Though the Declaration affirms that “in human beings the difference of sex exercises an important iníluence, much deeper than, for example, ethnic differences,”(8) it does not delineate the sex-related characteristics which are relevant to ministry. It builds implicitly, however, on the detailed descriptions provided by other recent Vatican statements such as Paul VI’s “Women/Disciples and Co-workers” and the Pastoral Commission of the Sacred Congregation for the Evangelization of Peoples’ “The Role of Women in Evangelization.”(9) Characteristics such as hopefulness, sensitivity, intuition, fidelity, patience, sympathy, contemplativeness are said to make women suitable for all ministries which are not properly sacerdotal.(10) At first glance, it is difficult to see how this assertion is not discriminatory. The roles open to women on the basis of their “feminine qualities” are limited to the private sphere, and are clearly subordinate to those open to men. Claims to the contrary (that, for example, the roles are not inferior, are of equal importance though different, etc.), as we have seen, have little credibility in a context here, for example, decision-making at all levels is reserved to those in pastoral office.
It must, nevertheless, still be asked whether the characteristics identified as distinctive to women are in fact morally relevant to the circumscription of roles. One way to probe this question is to ask whether a man who has a hopeful, sensitive, contemplative, sympathetic, patient nature should be excluded from ordination. The almost obvious answer to this question points to the conclusion that these characteristics are unsuitable for the ordained ministry only when they appear in women.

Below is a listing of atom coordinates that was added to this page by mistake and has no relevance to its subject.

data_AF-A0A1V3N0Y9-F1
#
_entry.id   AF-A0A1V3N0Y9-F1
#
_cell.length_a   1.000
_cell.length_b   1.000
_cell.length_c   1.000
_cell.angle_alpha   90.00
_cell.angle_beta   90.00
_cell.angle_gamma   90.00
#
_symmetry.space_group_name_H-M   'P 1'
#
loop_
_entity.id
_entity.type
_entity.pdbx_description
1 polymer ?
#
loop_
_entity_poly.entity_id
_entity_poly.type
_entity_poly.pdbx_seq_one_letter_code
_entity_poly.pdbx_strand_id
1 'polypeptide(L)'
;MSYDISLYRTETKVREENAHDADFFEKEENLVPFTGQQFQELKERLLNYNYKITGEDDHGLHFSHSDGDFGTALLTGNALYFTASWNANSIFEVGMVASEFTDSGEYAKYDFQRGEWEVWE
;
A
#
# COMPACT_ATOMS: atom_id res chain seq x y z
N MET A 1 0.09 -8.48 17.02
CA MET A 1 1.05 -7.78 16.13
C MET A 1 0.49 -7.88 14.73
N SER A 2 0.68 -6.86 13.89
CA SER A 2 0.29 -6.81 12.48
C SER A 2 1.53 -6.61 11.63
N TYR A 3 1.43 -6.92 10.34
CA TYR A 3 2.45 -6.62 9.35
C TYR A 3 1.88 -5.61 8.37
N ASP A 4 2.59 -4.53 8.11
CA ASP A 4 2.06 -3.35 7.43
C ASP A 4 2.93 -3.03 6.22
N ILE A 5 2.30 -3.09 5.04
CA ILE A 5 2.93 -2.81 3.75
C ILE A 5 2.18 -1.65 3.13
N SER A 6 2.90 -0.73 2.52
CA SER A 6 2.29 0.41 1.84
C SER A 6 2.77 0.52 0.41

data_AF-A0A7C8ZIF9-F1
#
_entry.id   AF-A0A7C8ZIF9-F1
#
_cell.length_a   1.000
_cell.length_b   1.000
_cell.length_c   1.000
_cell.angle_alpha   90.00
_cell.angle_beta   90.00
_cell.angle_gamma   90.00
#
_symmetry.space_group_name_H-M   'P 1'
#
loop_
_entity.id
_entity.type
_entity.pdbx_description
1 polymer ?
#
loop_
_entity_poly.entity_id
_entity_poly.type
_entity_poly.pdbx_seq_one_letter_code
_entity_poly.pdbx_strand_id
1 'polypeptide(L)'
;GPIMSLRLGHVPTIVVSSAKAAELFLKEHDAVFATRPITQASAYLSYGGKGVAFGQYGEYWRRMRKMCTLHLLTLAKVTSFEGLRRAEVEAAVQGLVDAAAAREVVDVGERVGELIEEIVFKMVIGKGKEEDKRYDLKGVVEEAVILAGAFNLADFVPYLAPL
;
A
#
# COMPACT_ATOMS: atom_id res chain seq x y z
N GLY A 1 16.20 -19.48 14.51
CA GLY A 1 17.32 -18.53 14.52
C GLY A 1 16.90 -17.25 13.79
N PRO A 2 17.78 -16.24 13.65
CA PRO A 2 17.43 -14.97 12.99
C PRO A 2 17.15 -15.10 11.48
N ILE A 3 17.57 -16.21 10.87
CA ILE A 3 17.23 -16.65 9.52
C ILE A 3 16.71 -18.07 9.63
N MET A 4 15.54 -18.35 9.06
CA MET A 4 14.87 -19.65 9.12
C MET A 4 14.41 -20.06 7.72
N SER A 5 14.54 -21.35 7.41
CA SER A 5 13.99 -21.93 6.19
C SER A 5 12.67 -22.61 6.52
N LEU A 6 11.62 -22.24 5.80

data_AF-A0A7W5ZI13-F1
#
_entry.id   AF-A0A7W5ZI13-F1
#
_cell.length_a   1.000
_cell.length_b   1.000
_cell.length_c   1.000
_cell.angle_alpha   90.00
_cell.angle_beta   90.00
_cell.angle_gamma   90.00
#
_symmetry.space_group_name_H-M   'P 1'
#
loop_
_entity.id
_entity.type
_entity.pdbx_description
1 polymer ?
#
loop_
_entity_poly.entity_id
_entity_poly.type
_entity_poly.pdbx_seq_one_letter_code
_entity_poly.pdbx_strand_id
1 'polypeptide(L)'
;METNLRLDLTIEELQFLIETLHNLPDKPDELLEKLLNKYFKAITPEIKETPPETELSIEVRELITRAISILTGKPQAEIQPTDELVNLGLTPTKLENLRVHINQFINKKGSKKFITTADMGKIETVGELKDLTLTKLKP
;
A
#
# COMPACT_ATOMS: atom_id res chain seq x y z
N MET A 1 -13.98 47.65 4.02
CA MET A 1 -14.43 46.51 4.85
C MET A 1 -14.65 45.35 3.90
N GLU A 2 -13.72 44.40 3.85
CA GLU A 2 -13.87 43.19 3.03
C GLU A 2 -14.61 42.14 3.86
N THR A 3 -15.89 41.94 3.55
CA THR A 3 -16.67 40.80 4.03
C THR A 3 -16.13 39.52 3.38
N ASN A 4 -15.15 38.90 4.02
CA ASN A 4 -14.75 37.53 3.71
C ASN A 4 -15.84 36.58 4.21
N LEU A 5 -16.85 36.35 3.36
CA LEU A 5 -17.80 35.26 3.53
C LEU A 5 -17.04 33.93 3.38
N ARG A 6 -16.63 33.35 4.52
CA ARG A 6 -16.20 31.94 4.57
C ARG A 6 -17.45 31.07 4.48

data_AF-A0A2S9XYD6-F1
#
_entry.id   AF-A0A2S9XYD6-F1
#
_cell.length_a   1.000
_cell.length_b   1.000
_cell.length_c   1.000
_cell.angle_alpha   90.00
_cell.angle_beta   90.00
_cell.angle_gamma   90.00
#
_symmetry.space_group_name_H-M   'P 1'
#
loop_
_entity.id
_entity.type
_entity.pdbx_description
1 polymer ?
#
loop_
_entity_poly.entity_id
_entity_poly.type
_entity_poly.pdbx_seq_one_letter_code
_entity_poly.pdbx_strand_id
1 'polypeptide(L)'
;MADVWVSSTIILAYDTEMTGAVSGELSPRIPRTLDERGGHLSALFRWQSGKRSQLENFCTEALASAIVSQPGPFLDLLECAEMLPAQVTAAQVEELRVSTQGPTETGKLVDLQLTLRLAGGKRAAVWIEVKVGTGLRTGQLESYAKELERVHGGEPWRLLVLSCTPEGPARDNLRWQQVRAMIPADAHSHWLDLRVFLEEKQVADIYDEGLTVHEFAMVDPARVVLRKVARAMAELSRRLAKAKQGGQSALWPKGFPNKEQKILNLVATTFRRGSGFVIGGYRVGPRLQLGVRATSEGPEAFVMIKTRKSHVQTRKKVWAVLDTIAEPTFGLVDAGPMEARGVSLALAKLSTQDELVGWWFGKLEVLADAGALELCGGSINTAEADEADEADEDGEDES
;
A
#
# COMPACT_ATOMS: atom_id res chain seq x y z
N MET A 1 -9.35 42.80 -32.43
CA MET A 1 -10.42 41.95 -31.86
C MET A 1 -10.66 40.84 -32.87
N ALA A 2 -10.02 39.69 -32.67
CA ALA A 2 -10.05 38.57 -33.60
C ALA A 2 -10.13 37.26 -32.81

In addition, the fundamental question of whether or not distinctive characteristics can in fact be delineated at all for men and women must be raised. Evidence from the behavioral and social sciences, as well as from personal experience, points overwhelmingly in the direction of our inability to characterize masculine and feminine traits with any accuracy or adequacy.(11) Traditional efforts to do so have proved distortive to our understanding of persons and injurious to human relations. They inevitably end in lists of traits such as those given in the document on Evangelization.(12) Their deficiencies become apparent as soon as they are made exclusively applicable to one sex. Even as general sketches of dominant sex-related features they prove vague, subject to exceptions sufficient to disprove the rule, and importantly culture-conditioned. Short of such listings, there can only be an appeal to biological differences between men and women. The irrelevance of such differences to role differentiation leads to the sure conclusion that there are no morally significant reasons for excluding persons from major roles in Church ministry on the basis of sex.